Flattery gets Apple everywhere
Apple's 'Surprised' iPhone TV ad
TEXT OF COMMENTARY
Lisa Napoli: And now it's time to do our part to fuel the iPhone mania sweeping the nation. It's almost impossible not to know from all the media frenzy that the gizmo hits the streets tomorrow. Commentator Jeff Steinbrink takes this opportunity to admire Apple's marketing genius.
Jeff Steinbrink: Unless you're doing hard time or live seriously off the grid, you know that the iPhone is coming, the iPhone is coming. To say that this thing has been hyped is like saying that Alberto Gonzalez has had a rough spring. What we have here is not a failure to communicate.
Or to market. The only way we might have heard more about the advent of iPhone is if it had been declared the official electronic device of Paris Hilton.
You've seen the ads — iPhone ordering up a batch of calamari; iPhone playing video of a bulldog on a skateboard; iPhone behaving like iPod; iPhone never forgetting which way is up. The people we know should be half so much fun.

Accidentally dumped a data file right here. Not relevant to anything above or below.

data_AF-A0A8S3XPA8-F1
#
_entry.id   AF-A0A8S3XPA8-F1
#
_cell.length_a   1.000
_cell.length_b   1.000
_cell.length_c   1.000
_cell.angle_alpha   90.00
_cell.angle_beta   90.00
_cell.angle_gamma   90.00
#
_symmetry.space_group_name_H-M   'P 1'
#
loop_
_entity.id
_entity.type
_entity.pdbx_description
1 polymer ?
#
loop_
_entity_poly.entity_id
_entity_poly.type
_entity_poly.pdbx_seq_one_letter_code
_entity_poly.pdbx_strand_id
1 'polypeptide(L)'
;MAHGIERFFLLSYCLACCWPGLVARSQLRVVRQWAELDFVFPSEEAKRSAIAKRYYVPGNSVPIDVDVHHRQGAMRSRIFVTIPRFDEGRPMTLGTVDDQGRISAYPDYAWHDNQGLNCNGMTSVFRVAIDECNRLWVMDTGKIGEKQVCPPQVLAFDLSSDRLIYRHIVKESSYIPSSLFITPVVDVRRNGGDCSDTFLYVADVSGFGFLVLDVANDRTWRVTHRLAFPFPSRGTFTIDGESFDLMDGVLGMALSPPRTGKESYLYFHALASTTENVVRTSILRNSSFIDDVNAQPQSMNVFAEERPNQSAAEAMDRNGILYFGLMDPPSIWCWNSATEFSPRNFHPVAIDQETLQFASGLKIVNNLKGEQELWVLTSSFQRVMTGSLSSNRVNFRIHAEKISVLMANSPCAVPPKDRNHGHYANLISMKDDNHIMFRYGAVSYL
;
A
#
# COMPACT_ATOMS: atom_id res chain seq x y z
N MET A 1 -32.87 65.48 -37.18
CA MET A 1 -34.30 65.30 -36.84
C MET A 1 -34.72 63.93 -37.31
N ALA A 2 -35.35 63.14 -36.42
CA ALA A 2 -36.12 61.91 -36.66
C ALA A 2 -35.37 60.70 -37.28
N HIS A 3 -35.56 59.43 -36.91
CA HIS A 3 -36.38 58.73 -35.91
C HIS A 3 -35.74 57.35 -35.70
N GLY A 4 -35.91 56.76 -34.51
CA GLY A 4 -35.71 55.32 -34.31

Or half so cool. The lesson of iPhone marketing is the same old lesson: We're not so much being sold the gizmo itself as we are the life the gizmo represents, even promises.
The implication of iPhone ads, for all their whiz-bang techiness and playful, plinkety-plink background music, is that the person who has one is somebody you'd like to know — or somebody you'd like to be.
That person, that iPerson, has friends, lots of friends, cute friends, who are instantly available for conversation or calamari at the tap of a touchscreen. He lives in a way-cool place where it makes sense to ask your cell phone to find the nearest half-dozen seafood restaurants. He has tons of music, cutting-edge to classical, arranged in neat categories and playlists, the whole collection finger-flip easy to access in much the same way that he accesses his tons of cute friends.
Ultimately, it's this iPerson's orderliness that iPhone is selling or that's selling iPhone. The notion that our lives can be effortlessly streamlined so that we're never more than a finger tap or two from whatever we're after.
Apple's real genius in promoting iPhone and its other products is to flatter us with the beguiling idea that this orderliness is intuitive that by nature we ourselves are sleek, graceful creatures who always know which way is up.
Who's not eager to buy that? Pass the calamari.
Napoli: Commentator Jeff Steinbrink teaches at Franklin and Marshall College. In Los Angeles, I'm Lisa Napoli. Enjoy your day.